I often get asked, "what race are you?" A smile comes over my face because the answer confuses people more than it helps. I look at them and say, “I don't know.” They often look like a dog with their head tilted and ask, "how do you not know?” This leads to a conversation they aren’t prepared for.
I've lived on this earth for 34 years and I still have no idea what my race truly is. I’m about to find out soon because I’ve received a DNA test from my aunt for my birthday but I still haven’t provided a sample yet. I think I prefer the mystery.
A funny thing happens when you grow up without a race, it doesn’t become important. I’ve even talked about it onstage during my comedy and the fact that while everyone else has a group I’ve always just been Chris. I’ve had no pressure to represent a group, I don’t know how “we” do, and I don’t have a stereotype other than the ones I create for myself. It is a freedom that I wish more people could have because it has shown me that race is the least important thing about a person.
Humans and their obsession with race are endlessly fascinating. I understand the history of it in this country but why focus on it all the time? It builds resentments that are based on a history that shouldn’t be attributed to people of today. I prefer to judge people on what they themselves do versus what their ancestors did.
There is an old saying by Gautama Buddha that says, “holding onto anger is like drinking poison and expecting the other person to die.” I think always hanging on to the past is a similar thing. I’ve learned recently to let my own past go. I could be angry about it and how unfair it was. I’ve decided to let the past be in the past.
Here is a brief history of me, I was born addicted to heroin weighing 1 pound 7 ounces. I nearly died several times during my birth and I was lucky to hang on. I guess I’ve always been a fighter because I lived. My mother didn’t learn her lesson and she continued to use the first 8 years of my life except the last year when after getting me back for the last time finally quit heroin. I can still remember the smell of heroin when it is cooked by a lighter on a spoon. The sickly sweet smell as it bubbles like some sort of witches brew.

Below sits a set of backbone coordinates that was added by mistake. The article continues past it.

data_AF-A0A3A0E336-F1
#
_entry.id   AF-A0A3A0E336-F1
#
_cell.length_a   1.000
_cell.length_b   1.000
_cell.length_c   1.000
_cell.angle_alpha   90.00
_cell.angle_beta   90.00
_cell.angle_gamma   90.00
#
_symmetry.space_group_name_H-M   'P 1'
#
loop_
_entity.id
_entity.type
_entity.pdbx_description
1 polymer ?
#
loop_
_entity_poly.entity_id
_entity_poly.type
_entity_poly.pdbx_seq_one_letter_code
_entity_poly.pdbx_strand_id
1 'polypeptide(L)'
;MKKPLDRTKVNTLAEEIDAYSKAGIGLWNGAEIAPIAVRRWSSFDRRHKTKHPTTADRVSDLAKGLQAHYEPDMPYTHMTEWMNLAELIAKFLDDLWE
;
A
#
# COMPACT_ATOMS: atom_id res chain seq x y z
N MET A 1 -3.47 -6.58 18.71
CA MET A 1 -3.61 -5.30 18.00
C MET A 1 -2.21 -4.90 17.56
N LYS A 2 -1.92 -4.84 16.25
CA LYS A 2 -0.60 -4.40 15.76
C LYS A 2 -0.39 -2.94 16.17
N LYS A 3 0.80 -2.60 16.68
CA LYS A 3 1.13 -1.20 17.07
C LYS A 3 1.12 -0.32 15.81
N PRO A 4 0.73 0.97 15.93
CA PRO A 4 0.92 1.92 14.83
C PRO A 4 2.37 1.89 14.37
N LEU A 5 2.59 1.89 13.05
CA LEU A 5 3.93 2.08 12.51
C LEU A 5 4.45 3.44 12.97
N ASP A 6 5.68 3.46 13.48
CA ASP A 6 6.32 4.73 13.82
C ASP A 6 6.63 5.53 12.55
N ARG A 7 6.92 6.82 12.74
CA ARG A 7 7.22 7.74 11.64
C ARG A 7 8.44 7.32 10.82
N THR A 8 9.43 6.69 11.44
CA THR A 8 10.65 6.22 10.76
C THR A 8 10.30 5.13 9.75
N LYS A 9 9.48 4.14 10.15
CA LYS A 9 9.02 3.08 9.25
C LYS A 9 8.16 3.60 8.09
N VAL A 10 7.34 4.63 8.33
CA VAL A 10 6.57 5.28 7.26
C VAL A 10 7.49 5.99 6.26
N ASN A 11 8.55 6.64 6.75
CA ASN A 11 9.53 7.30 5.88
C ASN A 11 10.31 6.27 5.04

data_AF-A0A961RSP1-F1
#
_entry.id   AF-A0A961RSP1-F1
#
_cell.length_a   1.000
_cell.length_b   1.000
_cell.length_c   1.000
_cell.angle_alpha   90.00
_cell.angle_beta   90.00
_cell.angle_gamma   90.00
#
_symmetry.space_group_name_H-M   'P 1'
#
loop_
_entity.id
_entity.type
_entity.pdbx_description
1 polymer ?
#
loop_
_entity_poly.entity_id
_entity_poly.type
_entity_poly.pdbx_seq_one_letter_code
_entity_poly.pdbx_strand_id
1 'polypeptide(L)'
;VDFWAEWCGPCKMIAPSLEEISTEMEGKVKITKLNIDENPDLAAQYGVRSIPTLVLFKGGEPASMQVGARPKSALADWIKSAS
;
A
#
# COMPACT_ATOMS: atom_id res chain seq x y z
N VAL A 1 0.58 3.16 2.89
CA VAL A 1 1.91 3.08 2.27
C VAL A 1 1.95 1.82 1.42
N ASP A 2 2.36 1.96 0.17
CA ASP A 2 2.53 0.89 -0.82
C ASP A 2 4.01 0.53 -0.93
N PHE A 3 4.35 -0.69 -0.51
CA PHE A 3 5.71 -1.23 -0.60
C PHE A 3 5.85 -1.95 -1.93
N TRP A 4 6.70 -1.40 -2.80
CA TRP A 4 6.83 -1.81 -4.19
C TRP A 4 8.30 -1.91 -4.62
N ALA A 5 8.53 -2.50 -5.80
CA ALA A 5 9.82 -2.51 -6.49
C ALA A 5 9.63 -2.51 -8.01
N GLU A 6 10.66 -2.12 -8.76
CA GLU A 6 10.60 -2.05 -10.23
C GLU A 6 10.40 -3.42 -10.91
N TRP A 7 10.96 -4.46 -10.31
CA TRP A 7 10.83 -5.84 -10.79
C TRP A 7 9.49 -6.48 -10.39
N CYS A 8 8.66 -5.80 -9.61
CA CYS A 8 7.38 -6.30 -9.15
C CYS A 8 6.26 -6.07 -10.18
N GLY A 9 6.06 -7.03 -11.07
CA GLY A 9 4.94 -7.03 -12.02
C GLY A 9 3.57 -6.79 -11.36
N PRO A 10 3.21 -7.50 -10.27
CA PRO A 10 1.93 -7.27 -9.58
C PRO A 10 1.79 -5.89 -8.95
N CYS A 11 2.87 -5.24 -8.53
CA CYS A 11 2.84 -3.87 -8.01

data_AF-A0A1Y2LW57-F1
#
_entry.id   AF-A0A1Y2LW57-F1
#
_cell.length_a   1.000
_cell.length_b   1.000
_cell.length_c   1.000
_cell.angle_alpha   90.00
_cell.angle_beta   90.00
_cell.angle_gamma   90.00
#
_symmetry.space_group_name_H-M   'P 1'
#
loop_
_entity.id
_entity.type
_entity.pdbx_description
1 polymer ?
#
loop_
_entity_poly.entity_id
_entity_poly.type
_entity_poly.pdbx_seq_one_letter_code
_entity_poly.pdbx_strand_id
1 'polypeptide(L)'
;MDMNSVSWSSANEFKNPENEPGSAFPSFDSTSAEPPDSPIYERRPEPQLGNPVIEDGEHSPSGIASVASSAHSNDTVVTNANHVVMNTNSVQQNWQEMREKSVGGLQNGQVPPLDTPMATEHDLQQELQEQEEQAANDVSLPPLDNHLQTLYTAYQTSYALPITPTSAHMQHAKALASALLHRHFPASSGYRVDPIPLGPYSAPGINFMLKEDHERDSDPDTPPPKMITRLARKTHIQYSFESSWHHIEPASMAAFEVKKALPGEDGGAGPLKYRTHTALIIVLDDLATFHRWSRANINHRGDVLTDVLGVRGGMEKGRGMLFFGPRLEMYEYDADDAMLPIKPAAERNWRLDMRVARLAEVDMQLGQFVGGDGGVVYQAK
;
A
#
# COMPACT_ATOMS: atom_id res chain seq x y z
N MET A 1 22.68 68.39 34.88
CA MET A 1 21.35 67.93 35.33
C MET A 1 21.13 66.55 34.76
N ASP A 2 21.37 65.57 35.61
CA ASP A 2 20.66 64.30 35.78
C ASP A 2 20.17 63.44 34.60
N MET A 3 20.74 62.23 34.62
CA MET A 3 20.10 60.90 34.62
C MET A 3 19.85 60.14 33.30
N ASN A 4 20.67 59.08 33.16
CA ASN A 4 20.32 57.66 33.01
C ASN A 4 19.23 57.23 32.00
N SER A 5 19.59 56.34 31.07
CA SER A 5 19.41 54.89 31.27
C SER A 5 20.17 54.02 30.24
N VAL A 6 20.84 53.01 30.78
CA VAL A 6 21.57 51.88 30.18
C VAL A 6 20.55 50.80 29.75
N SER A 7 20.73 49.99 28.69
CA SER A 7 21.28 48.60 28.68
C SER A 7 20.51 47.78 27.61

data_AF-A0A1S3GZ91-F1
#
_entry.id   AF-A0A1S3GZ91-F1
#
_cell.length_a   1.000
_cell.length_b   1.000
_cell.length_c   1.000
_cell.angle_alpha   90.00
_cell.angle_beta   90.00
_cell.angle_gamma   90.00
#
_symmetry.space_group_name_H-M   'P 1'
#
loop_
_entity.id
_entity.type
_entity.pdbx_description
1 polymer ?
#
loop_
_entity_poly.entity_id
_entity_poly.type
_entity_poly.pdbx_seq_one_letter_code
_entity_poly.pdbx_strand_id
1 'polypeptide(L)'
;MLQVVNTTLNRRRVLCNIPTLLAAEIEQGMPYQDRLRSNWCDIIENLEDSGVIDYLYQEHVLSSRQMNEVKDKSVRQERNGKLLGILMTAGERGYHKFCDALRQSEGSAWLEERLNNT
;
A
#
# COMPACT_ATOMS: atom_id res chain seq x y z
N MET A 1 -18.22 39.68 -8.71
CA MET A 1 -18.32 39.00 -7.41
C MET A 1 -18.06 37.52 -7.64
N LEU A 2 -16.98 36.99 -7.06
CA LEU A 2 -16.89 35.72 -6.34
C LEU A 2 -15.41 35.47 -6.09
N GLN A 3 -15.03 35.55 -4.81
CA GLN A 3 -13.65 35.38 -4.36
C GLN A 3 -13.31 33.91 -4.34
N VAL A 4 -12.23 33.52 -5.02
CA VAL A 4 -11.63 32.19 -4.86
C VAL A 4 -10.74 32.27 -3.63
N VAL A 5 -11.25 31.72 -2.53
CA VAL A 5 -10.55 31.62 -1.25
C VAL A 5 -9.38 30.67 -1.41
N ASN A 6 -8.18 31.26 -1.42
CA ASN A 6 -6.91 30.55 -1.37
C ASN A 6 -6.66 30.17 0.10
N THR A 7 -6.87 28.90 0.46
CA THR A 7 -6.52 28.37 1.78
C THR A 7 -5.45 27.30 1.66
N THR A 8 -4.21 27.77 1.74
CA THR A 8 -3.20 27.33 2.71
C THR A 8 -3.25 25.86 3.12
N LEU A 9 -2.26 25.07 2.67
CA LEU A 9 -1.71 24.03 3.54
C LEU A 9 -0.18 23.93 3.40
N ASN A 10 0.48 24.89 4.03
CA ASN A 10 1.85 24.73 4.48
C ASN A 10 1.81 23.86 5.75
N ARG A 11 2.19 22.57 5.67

We were often homeless, living on random people’s couches or in their living room roaming from place to place never knowing where we would be next. When my mother got her act together long enough to have a place to live we wouldn’t stay long and we’d often leave in the middle of the night forced to abandon our possessions. Finally, that practiced left us on the streets living in a car. I’d beg with my mother for food and the simple joy of tacos was what kept me going.
I’ve lived with all types of people and my mother taught me to never judge others based on what they looked like just on how they treated you. In order to get us off the streets my mother turned to prostitution to make enough money so I could have a place to live. It worked but she was arrested and I was sent to live with a foster family for awhile.
When my mother was released from jail she knew she had to get her act together and worked hard to clean up her act and got me back from the foster family I was staying with. She promised me things would be different and they were. I saw life in her eyes like I had never seen before. Then on December, 28th, 1992 my world was changed forever. She had a grand mal seizure and passed away in her sleep. I was 9 years old, and I can still remember my step father coming into my room in tears to break the bad news to me. When someone dies people bring you food even though you have no desire to eat. I’ve never understood that.
I could have been angry and blamed a lot of people for the life I’ve had but I choose to move on with my life and be grateful for the good times I did have with my mother and the small victories I’ve had in my life.
I’ve said all of that to mention that while we can’t change what happens to us we can change how we let it affect us. I don’t care what race you are because I know that we are all complicated and messy human beings with problems unseen to the naked eye. All of us has had something happen to us that has profoundly changed the way we interact with the world and no one else can truly know each individuals experiences but that doesn’t matter. We all want the same basic things life, liberty, and the pursuit of happiness. We all need to be free to find those things and focusing on the outer shell is the most useless way to find it. You have the power to change your own life, no one else can do that for you.